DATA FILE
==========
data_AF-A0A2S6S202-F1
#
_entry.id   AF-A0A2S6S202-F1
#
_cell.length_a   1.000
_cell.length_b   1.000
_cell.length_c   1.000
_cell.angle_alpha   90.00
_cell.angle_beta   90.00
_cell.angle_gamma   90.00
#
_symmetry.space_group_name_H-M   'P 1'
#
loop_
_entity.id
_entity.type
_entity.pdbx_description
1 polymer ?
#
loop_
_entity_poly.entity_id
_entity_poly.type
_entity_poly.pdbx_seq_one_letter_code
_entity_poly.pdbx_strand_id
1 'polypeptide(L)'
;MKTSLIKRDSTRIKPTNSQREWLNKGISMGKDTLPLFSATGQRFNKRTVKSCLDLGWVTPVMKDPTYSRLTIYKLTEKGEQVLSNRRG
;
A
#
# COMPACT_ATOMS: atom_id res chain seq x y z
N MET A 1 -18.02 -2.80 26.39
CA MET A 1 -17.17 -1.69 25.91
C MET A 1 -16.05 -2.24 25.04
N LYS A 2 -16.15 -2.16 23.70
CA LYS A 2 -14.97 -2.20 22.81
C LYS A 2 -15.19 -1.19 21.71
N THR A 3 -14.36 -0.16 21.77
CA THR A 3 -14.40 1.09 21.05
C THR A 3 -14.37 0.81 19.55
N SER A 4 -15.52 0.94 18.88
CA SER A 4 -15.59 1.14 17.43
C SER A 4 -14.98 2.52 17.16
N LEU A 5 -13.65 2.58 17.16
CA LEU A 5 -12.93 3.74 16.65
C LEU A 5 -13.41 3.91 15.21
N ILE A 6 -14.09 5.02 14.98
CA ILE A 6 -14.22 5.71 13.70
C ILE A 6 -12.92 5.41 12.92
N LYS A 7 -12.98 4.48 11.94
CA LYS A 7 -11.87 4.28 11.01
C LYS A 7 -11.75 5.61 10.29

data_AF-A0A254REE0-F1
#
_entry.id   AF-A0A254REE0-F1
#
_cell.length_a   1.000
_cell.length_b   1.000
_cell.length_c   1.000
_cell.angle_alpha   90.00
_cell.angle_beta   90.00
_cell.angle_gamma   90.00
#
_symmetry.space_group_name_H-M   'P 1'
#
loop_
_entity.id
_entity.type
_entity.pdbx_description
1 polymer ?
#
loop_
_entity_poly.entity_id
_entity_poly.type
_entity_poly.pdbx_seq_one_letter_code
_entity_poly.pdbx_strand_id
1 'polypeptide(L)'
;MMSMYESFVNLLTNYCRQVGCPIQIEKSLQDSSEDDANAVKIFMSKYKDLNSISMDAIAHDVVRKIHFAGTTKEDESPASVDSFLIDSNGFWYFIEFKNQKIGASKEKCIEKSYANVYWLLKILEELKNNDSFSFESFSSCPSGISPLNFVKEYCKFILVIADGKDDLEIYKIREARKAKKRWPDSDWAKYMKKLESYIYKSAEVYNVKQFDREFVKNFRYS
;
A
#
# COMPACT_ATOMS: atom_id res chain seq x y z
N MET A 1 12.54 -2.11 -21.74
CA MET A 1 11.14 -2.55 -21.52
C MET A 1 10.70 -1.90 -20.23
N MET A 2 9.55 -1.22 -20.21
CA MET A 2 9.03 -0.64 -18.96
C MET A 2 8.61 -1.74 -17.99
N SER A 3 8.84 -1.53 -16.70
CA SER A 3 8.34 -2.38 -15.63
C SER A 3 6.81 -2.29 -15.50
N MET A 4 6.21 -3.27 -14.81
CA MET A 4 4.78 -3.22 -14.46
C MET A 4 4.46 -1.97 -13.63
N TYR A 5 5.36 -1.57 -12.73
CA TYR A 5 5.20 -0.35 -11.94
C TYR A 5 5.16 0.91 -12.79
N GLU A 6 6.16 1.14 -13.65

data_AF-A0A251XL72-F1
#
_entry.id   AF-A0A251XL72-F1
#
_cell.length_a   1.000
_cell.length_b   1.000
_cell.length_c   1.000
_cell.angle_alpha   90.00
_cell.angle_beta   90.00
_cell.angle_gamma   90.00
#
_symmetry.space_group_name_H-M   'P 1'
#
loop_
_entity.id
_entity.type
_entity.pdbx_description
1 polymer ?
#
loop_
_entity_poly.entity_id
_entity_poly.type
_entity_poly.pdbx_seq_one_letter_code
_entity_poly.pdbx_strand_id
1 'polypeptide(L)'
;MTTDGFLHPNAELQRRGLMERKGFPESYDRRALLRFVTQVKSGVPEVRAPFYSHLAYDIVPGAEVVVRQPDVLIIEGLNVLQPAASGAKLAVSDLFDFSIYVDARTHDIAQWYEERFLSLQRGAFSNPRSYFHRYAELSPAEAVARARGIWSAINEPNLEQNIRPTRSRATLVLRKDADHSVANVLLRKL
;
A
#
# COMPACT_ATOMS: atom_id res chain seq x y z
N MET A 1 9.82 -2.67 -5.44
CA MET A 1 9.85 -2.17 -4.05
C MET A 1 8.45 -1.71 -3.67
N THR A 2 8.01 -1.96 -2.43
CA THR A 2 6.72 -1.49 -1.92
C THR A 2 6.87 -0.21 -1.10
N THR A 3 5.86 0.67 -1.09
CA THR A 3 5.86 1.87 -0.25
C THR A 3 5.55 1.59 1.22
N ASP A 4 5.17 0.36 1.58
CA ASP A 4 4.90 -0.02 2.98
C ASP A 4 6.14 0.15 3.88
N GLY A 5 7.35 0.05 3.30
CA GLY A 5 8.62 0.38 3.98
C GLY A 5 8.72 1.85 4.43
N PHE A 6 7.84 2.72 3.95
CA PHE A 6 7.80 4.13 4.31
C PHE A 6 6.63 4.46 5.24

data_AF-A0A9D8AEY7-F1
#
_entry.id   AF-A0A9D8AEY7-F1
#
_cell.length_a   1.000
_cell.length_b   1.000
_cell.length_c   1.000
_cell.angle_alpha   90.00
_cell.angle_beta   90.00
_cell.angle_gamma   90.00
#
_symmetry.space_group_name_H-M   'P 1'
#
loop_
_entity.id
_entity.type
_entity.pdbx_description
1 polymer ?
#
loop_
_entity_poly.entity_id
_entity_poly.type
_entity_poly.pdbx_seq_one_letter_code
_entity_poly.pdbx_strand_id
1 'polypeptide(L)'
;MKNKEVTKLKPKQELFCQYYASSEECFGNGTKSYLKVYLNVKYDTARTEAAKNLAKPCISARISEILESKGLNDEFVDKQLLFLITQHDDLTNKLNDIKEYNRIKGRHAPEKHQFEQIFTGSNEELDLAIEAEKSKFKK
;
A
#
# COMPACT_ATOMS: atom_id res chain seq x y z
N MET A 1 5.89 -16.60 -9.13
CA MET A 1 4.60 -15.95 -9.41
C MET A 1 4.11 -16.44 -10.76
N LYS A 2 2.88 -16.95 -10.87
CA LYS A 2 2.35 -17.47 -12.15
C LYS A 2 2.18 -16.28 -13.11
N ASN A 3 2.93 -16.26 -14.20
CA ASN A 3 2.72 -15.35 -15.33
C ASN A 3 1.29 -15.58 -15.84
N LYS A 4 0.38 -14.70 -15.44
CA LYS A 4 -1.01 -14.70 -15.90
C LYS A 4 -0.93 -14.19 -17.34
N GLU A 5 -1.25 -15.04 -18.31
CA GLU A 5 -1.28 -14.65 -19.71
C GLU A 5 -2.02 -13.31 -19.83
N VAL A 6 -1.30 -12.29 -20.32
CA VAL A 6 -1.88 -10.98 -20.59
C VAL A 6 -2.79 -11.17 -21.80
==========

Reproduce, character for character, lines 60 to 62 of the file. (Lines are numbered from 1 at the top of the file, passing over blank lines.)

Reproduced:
_cell.angle_beta   90.00
_cell.angle_gamma   90.00
#